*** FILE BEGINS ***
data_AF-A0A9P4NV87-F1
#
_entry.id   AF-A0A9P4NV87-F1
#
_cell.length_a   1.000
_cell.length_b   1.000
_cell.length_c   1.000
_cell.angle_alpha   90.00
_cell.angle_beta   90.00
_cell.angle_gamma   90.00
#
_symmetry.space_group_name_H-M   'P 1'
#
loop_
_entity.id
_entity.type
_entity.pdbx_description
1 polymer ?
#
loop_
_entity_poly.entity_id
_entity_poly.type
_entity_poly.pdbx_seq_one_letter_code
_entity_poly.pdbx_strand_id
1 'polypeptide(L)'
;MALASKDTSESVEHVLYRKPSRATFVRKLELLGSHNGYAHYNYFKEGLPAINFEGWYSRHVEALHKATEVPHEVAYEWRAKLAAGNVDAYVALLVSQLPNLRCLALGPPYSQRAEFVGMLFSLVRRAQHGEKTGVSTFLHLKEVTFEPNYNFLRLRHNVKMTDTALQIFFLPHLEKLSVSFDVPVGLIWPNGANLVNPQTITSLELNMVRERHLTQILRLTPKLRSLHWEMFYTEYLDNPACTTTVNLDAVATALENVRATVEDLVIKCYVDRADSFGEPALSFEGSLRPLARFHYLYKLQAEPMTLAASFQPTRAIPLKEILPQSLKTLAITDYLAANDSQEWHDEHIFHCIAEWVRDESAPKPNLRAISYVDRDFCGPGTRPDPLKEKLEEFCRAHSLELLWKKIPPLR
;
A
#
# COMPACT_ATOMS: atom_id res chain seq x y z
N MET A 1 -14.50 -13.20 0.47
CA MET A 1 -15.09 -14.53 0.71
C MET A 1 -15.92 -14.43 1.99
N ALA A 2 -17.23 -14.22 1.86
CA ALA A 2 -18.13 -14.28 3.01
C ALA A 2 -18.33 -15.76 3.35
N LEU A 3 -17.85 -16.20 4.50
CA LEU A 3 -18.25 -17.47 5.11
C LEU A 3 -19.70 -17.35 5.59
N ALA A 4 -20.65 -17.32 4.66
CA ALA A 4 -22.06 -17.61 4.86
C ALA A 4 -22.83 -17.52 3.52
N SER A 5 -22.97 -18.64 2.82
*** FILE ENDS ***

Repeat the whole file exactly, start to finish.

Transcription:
data_AF-A0A9P4NV87-F1
#
_entry.id   AF-A0A9P4NV87-F1
#
_cell.length_a   1.000
_cell.length_b   1.000
_cell.length_c   1.000
_cell.angle_alpha   90.00
_cell.angle_beta   90.00
_cell.angle_gamma   90.00
#
_symmetry.space_group_name_H-M   'P 1'
#
loop_
_entity.id
_entity.type
_entity.pdbx_description
1 polymer ?
#
loop_
_entity_poly.entity_id
_entity_poly.type
_entity_poly.pdbx_seq_one_letter_code
_entity_poly.pdbx_strand_id
1 'polypeptide(L)'
;MALASKDTSESVEHVLYRKPSRATFVRKLELLGSHNGYAHYNYFKEGLPAINFEGWYSRHVEALHKATEVPHEVAYEWRAKLAAGNVDAYVALLVSQLPNLRCLALGPPYSQRAEFVGMLFSLVRRAQHGEKTGVSTFLHLKEVTFEPNYNFLRLRHNVKMTDTALQIFFLPHLEKLSVSFDVPVGLIWPNGANLVNPQTITSLELNMVRERHLTQILRLTPKLRSLHWEMFYTEYLDNPACTTTVNLDAVATALENVRATVEDLVIKCYVDRADSFGEPALSFEGSLRPLARFHYLYKLQAEPMTLAASFQPTRAIPLKEILPQSLKTLAITDYLAANDSQEWHDEHIFHCIAEWVRDESAPKPNLRAISYVDRDFCGPGTRPDPLKEKLEEFCRAHSLELLWKKIPPLR
;
A
#
# COMPACT_ATOMS: atom_id res chain seq x y z
N MET A 1 -14.50 -13.20 0.47
CA MET A 1 -15.09 -14.53 0.71
C MET A 1 -15.92 -14.43 1.99
N ALA A 2 -17.23 -14.22 1.86
CA ALA A 2 -18.13 -14.28 3.01
C ALA A 2 -18.33 -15.76 3.35
N LEU A 3 -17.85 -16.20 4.50
CA LEU A 3 -18.25 -17.47 5.11
C LEU A 3 -19.70 -17.35 5.59
N ALA A 4 -20.65 -17.32 4.66
CA ALA A 4 -22.06 -17.61 4.86
C ALA A 4 -22.83 -17.52 3.52
N SER A 5 -22.97 -18.64 2.82